We approached Gathol shortly before dawn. Neither moon was in the sky, and it was comparatively dark. The city was dark, too; I saw not a single light. That was strange, and might forebode ill; for Martian cities are not ordinarily darkened except in times of war when they may be threatened by an enemy.
Llana came out of the tiny cabin and crouched on the deck beside me. “That looks ominous,” she said.
“It does to me, too,” I agreed; “and I’m going to stand off until daylight. I want to see what’s going on before I attempt to land.”
“Look over there,” said Llana, pointing to the right of the black mass of the mountain; “see all those lights.”
“The camp fires of the herdsmen, possibly,” I suggested.
“There are too many of them,” said Llana.
“They might also be the camp fires of warriors,” said Jad-han.
“Here comes a flier,” said Pan Dan Chee; “they have discovered us.”
From below, a flier was approaching us rapidly. “A patrol flier doubtless,” I said, but I opened the throttle and turned the flier’s nose in the opposite direction. I didn’t like the looks of things, and I wasn’t going to let any ship approach until I could see its insigne. Then came a hail: “Who are you?”
“Who are you?” I demanded in return.
“Stop!” came the order, but I didn’t stop; I was pulling away from him rapidly, as my ship was much the faster.
He fired then, but the shot went wide. Jad-han was at the stern gun. “Shall I let him have it?” he asked.
“No,” I replied; “he may be Gatholian. Turn the searchlight on him, Pan Dan Chee; let’s see if we can see his insigne.”
Pan Dan Chee had never been on a ship before, nor ever seen a searchlight. The little remnant of the almost extinct race of Orovars, of which he was one, that hides away in ancient Horz, has neither ships nor searchlights; so Llana of Gathol came to his rescue, and presently the bow of the pursuing flier was brightly illuminated.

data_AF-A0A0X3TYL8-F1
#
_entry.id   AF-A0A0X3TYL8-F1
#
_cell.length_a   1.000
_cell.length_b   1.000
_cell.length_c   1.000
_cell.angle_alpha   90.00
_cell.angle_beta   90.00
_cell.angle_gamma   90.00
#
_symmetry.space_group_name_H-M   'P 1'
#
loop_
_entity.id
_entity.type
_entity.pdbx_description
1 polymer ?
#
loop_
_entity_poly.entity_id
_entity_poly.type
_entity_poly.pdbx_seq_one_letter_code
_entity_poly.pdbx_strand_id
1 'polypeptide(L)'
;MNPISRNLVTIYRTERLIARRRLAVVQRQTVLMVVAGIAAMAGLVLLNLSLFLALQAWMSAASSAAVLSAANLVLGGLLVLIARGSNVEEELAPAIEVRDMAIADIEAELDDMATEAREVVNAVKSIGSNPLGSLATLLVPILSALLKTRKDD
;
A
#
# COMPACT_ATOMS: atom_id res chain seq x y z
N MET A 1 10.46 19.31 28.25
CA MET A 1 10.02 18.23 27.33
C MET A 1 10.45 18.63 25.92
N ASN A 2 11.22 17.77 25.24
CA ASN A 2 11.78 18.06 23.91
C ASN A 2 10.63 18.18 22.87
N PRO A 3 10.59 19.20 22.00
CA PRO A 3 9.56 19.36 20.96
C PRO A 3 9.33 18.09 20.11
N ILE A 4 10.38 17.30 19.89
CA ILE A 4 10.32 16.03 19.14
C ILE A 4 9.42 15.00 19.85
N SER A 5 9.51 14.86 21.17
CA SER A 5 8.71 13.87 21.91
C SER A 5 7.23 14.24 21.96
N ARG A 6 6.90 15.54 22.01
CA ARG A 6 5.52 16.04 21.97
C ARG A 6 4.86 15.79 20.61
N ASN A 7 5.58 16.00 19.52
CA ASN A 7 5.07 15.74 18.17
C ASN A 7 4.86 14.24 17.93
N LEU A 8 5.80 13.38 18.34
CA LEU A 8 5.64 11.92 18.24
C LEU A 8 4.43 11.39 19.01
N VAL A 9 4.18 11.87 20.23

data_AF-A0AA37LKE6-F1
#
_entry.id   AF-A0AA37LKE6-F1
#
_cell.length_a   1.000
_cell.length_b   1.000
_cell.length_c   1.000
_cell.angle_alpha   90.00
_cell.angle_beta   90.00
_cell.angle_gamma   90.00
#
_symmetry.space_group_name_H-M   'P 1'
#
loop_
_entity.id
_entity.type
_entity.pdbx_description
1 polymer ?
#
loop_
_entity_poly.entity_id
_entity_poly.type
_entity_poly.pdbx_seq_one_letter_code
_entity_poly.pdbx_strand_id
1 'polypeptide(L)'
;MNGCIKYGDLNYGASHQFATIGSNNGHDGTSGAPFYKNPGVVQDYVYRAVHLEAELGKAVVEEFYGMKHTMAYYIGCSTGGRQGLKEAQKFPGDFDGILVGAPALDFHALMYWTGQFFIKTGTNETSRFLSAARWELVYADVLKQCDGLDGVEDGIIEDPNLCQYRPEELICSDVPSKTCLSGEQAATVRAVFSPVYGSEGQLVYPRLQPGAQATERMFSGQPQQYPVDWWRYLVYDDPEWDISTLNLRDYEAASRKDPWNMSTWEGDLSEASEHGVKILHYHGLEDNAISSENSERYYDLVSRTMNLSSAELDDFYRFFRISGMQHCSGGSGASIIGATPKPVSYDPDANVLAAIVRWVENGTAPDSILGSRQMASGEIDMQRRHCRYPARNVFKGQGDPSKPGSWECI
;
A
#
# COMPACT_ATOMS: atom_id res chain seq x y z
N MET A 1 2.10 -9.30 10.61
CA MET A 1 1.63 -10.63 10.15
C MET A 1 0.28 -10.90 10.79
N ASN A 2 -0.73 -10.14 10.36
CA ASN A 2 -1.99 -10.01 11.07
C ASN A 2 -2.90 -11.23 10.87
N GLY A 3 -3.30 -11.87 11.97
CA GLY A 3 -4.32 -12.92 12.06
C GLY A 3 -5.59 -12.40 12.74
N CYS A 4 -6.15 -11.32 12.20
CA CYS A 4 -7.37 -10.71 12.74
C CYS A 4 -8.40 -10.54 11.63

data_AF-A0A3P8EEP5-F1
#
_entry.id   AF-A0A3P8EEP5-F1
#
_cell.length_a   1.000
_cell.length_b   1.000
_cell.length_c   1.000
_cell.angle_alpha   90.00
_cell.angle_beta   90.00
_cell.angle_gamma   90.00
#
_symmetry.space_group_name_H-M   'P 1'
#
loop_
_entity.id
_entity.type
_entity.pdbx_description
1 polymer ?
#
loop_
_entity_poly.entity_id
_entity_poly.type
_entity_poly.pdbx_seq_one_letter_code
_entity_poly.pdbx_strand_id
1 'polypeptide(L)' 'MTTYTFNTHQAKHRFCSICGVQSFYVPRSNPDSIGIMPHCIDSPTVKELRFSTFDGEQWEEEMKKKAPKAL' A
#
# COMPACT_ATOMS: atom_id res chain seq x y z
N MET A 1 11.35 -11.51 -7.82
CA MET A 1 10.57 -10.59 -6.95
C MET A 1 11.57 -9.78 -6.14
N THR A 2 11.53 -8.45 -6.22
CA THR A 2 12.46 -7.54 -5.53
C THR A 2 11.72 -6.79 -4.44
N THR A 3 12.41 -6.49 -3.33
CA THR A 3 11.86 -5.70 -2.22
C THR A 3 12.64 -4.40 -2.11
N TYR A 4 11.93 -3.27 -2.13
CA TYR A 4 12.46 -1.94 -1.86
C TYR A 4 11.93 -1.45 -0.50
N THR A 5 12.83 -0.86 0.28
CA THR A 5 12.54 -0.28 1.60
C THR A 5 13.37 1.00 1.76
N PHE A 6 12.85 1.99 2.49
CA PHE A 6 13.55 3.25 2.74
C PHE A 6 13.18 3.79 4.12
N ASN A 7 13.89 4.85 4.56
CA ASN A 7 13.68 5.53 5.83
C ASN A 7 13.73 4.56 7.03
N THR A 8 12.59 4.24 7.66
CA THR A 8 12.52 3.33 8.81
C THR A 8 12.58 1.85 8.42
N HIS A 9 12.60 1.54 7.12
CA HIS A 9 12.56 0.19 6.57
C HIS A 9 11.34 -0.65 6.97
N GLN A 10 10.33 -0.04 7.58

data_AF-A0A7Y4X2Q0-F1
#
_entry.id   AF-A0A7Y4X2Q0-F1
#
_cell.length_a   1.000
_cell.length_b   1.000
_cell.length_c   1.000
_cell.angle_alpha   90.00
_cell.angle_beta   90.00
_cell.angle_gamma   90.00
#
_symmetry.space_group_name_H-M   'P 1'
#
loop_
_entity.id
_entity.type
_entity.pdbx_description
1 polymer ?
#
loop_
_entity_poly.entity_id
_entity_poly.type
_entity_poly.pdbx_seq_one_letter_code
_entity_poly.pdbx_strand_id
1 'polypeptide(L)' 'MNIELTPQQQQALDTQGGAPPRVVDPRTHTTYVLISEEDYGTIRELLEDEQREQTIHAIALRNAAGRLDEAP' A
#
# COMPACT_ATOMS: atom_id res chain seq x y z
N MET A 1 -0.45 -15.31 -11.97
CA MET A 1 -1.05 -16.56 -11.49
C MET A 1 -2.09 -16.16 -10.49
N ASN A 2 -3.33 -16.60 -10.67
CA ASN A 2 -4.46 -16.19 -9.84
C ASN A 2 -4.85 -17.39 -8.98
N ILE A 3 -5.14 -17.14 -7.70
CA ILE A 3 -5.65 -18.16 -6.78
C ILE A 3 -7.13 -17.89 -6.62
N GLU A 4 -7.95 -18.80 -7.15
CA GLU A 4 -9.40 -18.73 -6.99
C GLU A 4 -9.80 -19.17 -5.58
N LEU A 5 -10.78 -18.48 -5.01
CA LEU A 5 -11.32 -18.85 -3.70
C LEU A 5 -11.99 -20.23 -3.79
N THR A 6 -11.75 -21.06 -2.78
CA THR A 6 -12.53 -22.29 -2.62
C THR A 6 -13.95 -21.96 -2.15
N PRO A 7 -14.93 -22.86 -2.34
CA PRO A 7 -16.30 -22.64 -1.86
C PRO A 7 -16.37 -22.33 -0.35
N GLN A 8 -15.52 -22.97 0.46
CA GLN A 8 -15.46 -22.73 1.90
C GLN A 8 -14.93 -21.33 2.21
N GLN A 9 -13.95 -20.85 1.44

“I can’t make out the insigne,” said Llana, “but that is no ship of Gathol.”
Another shot went wide of us, and I told Jad-han that he might fire. He did and missed. The enemy fired again; and I felt the projectile strike us, but it didn’t explode. He had our range, so I started to zig zag, and his next two shots missed us. Jad-Han’s also missed, and then we were struck again.
“Take the controls,” I said to Llana, and I went back to the gun. “Hold her just as she is, Llana,” I called, as I took careful aim. I was firing an explosive shell detonated by impact. It struck her full in the bow entered the hull, and exploded. It tore open the whole front of the ship, which burst into flame and commenced to go down by the bow. At first she went slowly; and then she took the last long, swift dive—a flaming meteor that crashed into the salt marsh and was extinguished.
“That’s that,” said Llana of Gathol.
“I don’t think it’s all of that as far as we are concerned,” I retorted; “we are losing altitude rapidly; one of his shots must have ripped open a buoyancy tank.”
I took the controls and tried to keep her up; as, with throttle wide open, I sought to pass that ring of camp fires before we were finally forced down.